Similar to the new Bankruptcy Law, the Personal Insolvency Law is seen as introducing a debtor-friendly regime. The Personal Insolvency Law remains largely untested and it remains to be seen if, and to what extent, this law will be applied in the coming years.

v Role of exchanges, central counterparties and rating agencies

The SCA is responsible for the regulatory oversight of the ADX and the DFM.10 In addition to the rules and regulations of the SCA, each exchange has its own rules and regulations.

The ADX and the DFM each have a clearing, settlement, depository and registry departments that operate a clearing, settlement and depositary system (CSD) and are responsible for the clearing and settlement of transactions executed on the exchange. Each exchange follows a multilateral netting system under which transactions are cleared and settled on a net basis by brokers. After the clearing of transactions by the exchange, the transfer of securities ownership is made through the electronic book-entry system operated by that exchange.

To buy or sell securities listed on the ADX or the DFM, an investor must apply for and be granted an identification number, called an investor number (IN), by the relevant exchange. The issuance of an IN triggers the creation of an investor account for the custody of shares traded on the exchange (the custody account). The IN identifies the investor's account in the CSD. In addition to the custody account, every investor must have at least one trading account with a licensed broker.

All shares traded on the ADX and the DFM are in dematerialised (electronic) form. Ownership of shares is reflected in a computerised credit entry in the investor account.

All trading is carried out through licensed brokers. An investor must have at least one trading account with a licensed broker but can have accounts with multiple brokers. To open an account with a broker, an investor has to enter into a customer agreement with the broker. The investor must also give the broker a power of attorney authorising the broker to execute any written share transfer form on behalf of the investor in relation to any trades executed on the applicable exchange by the broker. The broker will process buy or sell orders from the investor upon receipt of instructions in the manner specified in the customer agreement.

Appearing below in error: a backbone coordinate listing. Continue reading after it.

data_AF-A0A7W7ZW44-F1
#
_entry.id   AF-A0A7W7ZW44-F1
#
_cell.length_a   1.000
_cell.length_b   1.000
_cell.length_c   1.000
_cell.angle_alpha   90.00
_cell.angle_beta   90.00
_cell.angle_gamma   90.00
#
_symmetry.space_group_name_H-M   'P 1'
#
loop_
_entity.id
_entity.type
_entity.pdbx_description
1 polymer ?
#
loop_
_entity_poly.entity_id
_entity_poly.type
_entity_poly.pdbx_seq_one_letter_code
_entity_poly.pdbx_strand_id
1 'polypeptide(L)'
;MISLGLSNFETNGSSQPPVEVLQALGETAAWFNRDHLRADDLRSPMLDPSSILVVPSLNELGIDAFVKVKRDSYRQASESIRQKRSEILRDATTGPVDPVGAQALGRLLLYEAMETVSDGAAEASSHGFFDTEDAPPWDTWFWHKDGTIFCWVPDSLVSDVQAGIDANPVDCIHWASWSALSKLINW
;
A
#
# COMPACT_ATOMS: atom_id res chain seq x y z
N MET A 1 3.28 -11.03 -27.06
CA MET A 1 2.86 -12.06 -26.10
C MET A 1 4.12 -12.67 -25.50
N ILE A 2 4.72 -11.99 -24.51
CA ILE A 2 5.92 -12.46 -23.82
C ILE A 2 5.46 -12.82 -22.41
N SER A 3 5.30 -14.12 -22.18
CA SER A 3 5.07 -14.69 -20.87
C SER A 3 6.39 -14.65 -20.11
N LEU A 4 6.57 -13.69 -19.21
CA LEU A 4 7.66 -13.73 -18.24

To sell listed securities, investors must transfer the securities from their custody account to their trading account with a broker. Upon receiving a sell order, the broker will record the order on the electronic trading system. The system matches buy and sell orders of a particular stock based on the price and quantity requirements. The cash settlement is done among brokers through the designated settlement bank. Once the trade is executed, the investor will be notified of confirmation of the deal, and the transfer of share ownership occurs electronically by debits and credits to the custody accounts of the seller and buyer.

As a legal matter, the transfer of securities occurs by way of contractual assignment. At the time sellers of securities transfer the securities from their custody account to their trading account with a broker, the obligation to settle transfers to the broker. However, the seller is still at risk until payment is actually received. Every broker is required to submit a bank guarantee of at least 10 million dirhams, and the seller may draw upon this guarantee if payment is not received.